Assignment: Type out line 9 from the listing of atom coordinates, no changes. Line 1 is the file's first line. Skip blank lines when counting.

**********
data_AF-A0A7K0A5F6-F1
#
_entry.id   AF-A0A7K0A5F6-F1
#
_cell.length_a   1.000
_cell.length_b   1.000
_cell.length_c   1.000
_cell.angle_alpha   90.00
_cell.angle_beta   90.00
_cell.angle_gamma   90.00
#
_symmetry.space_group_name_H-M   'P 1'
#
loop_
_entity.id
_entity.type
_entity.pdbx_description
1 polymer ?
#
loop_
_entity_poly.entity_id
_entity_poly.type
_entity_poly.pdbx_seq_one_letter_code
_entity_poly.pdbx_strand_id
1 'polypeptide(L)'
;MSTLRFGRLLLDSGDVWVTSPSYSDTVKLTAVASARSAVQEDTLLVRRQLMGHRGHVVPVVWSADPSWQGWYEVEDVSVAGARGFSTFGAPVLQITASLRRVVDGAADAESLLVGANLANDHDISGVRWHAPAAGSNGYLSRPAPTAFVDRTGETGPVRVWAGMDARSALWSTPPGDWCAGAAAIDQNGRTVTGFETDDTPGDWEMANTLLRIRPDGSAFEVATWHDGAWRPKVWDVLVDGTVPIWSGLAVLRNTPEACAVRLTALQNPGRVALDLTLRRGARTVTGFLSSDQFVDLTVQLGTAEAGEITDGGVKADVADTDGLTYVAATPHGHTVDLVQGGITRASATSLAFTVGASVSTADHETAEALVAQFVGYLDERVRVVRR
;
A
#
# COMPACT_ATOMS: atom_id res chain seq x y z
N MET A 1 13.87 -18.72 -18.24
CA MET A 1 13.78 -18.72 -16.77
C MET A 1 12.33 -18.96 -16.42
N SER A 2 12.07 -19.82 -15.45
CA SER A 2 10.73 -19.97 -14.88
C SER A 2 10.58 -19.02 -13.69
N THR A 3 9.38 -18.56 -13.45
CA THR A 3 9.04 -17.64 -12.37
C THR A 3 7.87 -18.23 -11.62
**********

_cell.angle_beta   90.00